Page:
Hong Kong police are seeking legal advice from the Department of Justice regarding an allegation that a retired superintendent assaulted pedestrians during last year’s pro-democracy Occupy protests.

Alan Lau Yip-shing, director of the police’s operations department, said in an RTHK programme on Saturday that the police force is “carefully considering” the report by the Independent Police Complaints Council (IPCC). It is seeking legal advice from the Justice Department before deciding upon the next step, Lau said.

He asked the public to give police and the IPCC time to handle the case, and promised to release updates as soon as possible.

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Lau Yip-shing (small picture) speaks in an RTHK programme on Chu’s case. & Stand News.

Retired superintendent Chu King-wai was filmed hitting pedestrians in Mong Kok in November last year. Upon receiving complaints from a man who was videotaped being hit by Chu, the Independent Police Complaints Council (IPCC) investigated the case and reportedly voted 12:6 in favour of substantiating Chu’s case of assault last month.

Police rejected the IPCC’s ruling two weeks ago and asked for another vote on the case, upsetting the public and sparking several small protests. The IPCC subsequently held a meeting to discuss whether to accept new documents submitted by the police on July 23, and decided to uphold its ruling.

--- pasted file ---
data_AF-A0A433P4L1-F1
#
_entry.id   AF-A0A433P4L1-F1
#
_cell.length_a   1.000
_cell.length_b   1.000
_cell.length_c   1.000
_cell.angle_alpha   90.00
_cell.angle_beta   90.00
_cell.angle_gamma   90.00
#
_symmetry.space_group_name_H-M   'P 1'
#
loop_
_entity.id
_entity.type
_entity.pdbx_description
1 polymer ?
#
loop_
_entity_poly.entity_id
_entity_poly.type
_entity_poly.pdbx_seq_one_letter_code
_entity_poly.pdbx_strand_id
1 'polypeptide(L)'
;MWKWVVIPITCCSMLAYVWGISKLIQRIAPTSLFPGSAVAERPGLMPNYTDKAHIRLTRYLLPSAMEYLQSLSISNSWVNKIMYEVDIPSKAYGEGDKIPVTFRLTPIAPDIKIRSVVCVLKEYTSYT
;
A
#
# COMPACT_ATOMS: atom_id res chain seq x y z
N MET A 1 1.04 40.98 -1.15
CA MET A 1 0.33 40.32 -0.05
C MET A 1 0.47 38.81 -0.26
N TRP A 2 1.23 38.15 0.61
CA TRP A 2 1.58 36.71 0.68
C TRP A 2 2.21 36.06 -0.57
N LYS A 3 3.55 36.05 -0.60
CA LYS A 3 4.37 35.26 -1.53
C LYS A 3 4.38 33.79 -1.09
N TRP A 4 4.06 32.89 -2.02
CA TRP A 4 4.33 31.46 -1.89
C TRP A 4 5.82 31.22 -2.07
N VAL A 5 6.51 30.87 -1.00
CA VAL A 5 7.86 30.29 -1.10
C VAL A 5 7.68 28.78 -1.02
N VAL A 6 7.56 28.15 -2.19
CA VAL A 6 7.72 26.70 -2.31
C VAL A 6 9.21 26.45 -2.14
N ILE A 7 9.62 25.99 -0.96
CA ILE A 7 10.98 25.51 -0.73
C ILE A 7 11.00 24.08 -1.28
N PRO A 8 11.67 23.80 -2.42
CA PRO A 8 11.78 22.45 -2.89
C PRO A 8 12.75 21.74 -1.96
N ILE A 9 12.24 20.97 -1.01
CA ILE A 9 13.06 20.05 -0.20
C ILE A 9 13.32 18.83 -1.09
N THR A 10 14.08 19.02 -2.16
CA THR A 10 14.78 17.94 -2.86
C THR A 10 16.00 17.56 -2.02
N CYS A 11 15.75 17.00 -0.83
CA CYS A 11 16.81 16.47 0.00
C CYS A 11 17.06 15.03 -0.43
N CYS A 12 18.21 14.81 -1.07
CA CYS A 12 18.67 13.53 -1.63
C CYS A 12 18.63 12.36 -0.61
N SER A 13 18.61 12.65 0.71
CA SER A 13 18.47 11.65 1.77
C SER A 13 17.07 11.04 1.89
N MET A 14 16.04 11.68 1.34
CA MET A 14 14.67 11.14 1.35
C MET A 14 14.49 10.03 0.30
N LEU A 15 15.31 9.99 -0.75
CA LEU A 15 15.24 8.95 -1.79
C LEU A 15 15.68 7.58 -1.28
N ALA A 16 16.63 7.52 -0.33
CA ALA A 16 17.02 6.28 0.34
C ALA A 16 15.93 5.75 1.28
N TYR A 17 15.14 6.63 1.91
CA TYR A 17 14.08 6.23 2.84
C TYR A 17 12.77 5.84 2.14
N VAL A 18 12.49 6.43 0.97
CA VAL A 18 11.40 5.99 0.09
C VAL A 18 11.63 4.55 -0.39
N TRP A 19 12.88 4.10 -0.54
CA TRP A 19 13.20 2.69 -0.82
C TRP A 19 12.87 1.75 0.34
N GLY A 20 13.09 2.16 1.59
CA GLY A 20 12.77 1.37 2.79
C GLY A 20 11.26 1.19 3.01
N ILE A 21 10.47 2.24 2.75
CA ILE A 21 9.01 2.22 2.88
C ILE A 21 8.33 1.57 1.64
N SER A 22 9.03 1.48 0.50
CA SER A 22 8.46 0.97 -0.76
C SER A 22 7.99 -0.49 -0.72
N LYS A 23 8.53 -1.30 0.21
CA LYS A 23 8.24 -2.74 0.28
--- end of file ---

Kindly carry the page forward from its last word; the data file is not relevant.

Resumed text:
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The IPCC publicity committee chairman said that the council members had watched the related videos over 100 times, and have a “clear understanding of what the officer was doing”.

If police insist on overturning the IPCC’s decision, the IPCC will need to submit a report to Chief Executive Leung Chun-ying who will make a final decision on the case. Some are worried that Leung would not handle the case with impartiality.

In a testimony obtained by local newspaper Ming Pao, Chu is quoted saying that he “unintentionally touched” pedestrians with his baton, and that he was only using his baton “as an extension of [his] arm to pat” Cheng.

A number of alleged police abuse cases emerged during the Occupy demonstrations last year. The police force has subsequently suffered a drop in public trust, according to a recent CUHK survey. Another survey conducted by HKU in June found that public satisfaction with the police force had declined to its lowest level since 2012.

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TVB footage shows seven police beating Ken Tsang.

In another widely publicised Occupy-related case, seven police officers were arrested after TV footage emerged showing them beating Ken Tsang, a member of the Civic Party. Lau, the police operations director, said that the case had been handed over to the Justice Department and was a priority. He said the police would not tolerate any violation of the law by its own officers.

Official figures reveal that of the 829 complaints of police assault between 2011 and 2013, none were substantiated.

Ellie Ng has written for Foreign Policy, the Daily Telegraph, Global Voices Online and others.